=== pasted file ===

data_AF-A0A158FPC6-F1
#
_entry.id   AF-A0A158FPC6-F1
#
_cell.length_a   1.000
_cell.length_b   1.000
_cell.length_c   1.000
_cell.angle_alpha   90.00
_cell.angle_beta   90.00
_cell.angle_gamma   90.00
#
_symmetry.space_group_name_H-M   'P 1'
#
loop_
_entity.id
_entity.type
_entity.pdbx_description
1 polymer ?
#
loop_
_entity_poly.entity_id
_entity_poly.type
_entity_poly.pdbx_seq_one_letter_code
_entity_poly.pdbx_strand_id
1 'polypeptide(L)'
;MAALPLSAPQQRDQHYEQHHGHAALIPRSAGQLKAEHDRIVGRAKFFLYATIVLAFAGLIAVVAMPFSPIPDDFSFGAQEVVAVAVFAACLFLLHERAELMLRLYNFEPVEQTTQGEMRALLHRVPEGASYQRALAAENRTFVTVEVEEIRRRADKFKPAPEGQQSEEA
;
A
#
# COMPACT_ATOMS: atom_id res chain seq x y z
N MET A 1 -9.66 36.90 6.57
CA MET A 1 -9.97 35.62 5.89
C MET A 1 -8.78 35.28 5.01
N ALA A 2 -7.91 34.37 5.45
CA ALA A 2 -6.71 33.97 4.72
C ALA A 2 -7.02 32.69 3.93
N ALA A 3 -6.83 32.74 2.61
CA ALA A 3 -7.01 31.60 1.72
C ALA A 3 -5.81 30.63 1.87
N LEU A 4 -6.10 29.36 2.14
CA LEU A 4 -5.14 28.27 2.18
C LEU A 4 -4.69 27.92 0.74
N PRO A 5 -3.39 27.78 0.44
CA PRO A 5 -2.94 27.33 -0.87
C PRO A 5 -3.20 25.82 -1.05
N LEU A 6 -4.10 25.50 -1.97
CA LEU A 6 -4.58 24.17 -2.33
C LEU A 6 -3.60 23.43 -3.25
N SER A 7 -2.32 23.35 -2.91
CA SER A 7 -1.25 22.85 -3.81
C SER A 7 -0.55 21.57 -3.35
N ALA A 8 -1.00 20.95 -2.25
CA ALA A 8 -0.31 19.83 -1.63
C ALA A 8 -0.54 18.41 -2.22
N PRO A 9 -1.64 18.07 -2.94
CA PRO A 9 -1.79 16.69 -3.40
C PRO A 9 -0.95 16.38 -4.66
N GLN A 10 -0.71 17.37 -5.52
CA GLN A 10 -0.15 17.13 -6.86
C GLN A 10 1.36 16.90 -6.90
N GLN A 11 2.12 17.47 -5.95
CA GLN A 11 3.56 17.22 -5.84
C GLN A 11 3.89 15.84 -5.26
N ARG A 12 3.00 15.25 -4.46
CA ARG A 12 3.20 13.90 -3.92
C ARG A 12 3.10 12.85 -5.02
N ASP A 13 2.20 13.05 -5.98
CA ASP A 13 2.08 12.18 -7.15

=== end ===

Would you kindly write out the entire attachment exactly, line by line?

data_AF-A0A158FPC6-F1
#
_entry.id   AF-A0A158FPC6-F1
#
_cell.length_a   1.000
_cell.length_b   1.000
_cell.length_c   1.000
_cell.angle_alpha   90.00
_cell.angle_beta   90.00
_cell.angle_gamma   90.00
#
_symmetry.space_group_name_H-M   'P 1'
#
loop_
_entity.id
_entity.type
_entity.pdbx_description
1 polymer ?
#
loop_
_entity_poly.entity_id
_entity_poly.type
_entity_poly.pdbx_seq_one_letter_code
_entity_poly.pdbx_strand_id
1 'polypeptide(L)'
;MAALPLSAPQQRDQHYEQHHGHAALIPRSAGQLKAEHDRIVGRAKFFLYATIVLAFAGLIAVVAMPFSPIPDDFSFGAQEVVAVAVFAACLFLLHERAELMLRLYNFEPVEQTTQGEMRALLHRVPEGASYQRALAAENRTFVTVEVEEIRRRADKFKPAPEGQQSEEA
;
A
#
# COMPACT_ATOMS: atom_id res chain seq x y z
N MET A 1 -9.66 36.90 6.57
CA MET A 1 -9.97 35.62 5.89
C MET A 1 -8.78 35.28 5.01
N ALA A 2 -7.91 34.37 5.45
CA ALA A 2 -6.71 33.97 4.72
C ALA A 2 -7.02 32.69 3.93
N ALA A 3 -6.83 32.74 2.61
CA ALA A 3 -7.01 31.60 1.72
C ALA A 3 -5.81 30.63 1.87
N LEU A 4 -6.10 29.36 2.14
CA LEU A 4 -5.14 28.27 2.18
C LEU A 4 -4.69 27.92 0.74
N PRO A 5 -3.39 27.78 0.44
CA PRO A 5 -2.94 27.33 -0.87
C PRO A 5 -3.20 25.82 -1.05
N LEU A 6 -4.10 25.50 -1.97
CA LEU A 6 -4.58 24.17 -2.33
C LEU A 6 -3.60 23.43 -3.25
N SER A 7 -2.32 23.35 -2.91
CA SER A 7 -1.25 22.85 -3.81
C SER A 7 -0.55 21.57 -3.35
N ALA A 8 -1.00 20.95 -2.25
CA ALA A 8 -0.31 19.83 -1.63
C ALA A 8 -0.54 18.41 -2.22
N PRO A 9 -1.64 18.07 -2.94
CA PRO A 9 -1.79 16.69 -3.40
C PRO A 9 -0.95 16.38 -4.66
N GLN A 10 -0.71 17.37 -5.52
CA GLN A 10 -0.15 17.13 -6.86
C GLN A 10 1.36 16.90 -6.90
N GLN A 11 2.12 17.47 -5.95
CA GLN A 11 3.56 17.22 -5.84
C GLN A 11 3.89 15.84 -5.26
N ARG A 12 3.00 15.25 -4.46
CA ARG A 12 3.20 13.90 -3.92
C ARG A 12 3.10 12.85 -5.02
N ASP A 13 2.20 13.05 -5.98
CA ASP A 13 2.08 12.18 -7.15